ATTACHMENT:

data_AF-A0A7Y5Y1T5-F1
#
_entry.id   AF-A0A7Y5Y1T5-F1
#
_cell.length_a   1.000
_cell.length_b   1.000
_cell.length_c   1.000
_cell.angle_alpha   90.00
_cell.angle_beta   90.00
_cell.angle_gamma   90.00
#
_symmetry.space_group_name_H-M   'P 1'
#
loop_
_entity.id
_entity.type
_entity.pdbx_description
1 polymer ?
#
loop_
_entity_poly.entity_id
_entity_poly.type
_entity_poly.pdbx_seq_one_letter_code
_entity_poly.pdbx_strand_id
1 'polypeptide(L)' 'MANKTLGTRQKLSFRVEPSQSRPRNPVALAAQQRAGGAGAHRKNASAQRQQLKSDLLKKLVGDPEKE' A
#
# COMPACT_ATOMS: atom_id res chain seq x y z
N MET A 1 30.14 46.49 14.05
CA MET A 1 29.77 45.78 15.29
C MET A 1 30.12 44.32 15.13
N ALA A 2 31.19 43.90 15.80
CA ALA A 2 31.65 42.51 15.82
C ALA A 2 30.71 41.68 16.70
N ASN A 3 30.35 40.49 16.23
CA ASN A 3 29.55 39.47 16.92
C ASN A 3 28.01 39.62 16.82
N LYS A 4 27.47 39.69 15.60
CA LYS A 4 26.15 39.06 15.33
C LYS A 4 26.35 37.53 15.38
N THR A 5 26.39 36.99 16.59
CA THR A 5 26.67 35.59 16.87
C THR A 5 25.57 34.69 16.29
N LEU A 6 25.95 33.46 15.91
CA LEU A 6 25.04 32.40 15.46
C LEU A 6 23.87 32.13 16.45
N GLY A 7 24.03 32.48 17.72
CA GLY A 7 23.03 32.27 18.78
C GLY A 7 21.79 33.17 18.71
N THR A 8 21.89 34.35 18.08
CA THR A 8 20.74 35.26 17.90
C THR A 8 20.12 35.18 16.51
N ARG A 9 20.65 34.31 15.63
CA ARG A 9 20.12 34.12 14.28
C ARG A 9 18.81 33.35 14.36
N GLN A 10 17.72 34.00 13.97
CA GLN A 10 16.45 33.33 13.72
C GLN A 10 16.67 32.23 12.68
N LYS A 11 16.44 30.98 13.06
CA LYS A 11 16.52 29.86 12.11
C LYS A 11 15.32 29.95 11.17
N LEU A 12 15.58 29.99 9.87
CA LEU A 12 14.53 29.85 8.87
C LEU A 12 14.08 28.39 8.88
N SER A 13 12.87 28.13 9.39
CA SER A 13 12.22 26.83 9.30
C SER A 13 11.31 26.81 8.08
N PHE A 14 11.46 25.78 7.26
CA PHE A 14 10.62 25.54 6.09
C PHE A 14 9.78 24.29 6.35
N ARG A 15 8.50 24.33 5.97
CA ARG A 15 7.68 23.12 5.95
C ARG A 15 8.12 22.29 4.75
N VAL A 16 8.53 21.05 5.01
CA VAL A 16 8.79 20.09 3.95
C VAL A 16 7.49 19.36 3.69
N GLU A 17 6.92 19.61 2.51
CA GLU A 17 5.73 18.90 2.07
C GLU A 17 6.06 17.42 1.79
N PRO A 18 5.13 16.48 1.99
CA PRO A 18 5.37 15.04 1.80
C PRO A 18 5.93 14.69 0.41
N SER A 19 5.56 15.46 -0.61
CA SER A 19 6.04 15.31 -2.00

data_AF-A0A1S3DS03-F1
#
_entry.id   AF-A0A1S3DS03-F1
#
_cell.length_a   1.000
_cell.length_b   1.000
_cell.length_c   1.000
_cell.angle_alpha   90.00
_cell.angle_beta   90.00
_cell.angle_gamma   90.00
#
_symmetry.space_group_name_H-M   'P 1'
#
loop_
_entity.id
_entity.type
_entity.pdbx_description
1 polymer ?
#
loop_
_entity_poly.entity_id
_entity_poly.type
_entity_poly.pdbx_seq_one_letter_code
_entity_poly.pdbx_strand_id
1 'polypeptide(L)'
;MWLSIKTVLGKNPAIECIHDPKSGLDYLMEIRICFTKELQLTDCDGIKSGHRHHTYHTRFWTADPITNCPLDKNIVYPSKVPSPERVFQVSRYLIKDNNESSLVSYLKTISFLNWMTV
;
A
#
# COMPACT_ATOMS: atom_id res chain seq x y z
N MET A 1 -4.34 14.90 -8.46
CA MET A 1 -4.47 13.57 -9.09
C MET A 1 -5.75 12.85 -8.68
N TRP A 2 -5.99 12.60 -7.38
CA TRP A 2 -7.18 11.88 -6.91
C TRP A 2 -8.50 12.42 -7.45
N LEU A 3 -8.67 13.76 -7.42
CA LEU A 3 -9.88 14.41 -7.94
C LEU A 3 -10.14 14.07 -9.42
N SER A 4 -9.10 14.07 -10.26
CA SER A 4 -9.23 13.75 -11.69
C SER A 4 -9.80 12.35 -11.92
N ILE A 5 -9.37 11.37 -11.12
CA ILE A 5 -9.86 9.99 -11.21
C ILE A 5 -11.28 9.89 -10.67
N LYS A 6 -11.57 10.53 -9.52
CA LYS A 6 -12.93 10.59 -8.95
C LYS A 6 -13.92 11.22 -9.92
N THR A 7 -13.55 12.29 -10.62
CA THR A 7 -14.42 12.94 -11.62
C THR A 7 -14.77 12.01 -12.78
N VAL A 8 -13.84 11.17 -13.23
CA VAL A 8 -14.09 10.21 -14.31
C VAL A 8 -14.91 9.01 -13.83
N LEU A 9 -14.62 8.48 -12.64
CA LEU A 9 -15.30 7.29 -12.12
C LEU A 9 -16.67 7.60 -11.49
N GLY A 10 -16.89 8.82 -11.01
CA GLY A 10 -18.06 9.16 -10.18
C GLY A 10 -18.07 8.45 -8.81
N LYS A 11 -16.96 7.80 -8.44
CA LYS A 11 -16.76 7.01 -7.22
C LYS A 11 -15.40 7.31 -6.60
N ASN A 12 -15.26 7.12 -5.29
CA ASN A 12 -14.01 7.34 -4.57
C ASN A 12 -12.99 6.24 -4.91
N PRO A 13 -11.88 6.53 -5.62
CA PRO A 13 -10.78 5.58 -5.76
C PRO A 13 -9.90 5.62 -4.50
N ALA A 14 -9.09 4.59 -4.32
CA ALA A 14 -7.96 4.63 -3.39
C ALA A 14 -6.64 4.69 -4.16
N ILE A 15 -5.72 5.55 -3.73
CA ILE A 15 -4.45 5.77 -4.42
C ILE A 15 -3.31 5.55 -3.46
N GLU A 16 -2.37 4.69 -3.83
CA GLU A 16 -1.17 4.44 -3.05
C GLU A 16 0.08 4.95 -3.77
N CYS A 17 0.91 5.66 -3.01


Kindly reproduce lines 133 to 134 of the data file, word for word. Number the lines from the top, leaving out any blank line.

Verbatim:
CA THR A 7 -14.42 12.94 -11.62
C THR A 7 -14.77 12.01 -12.78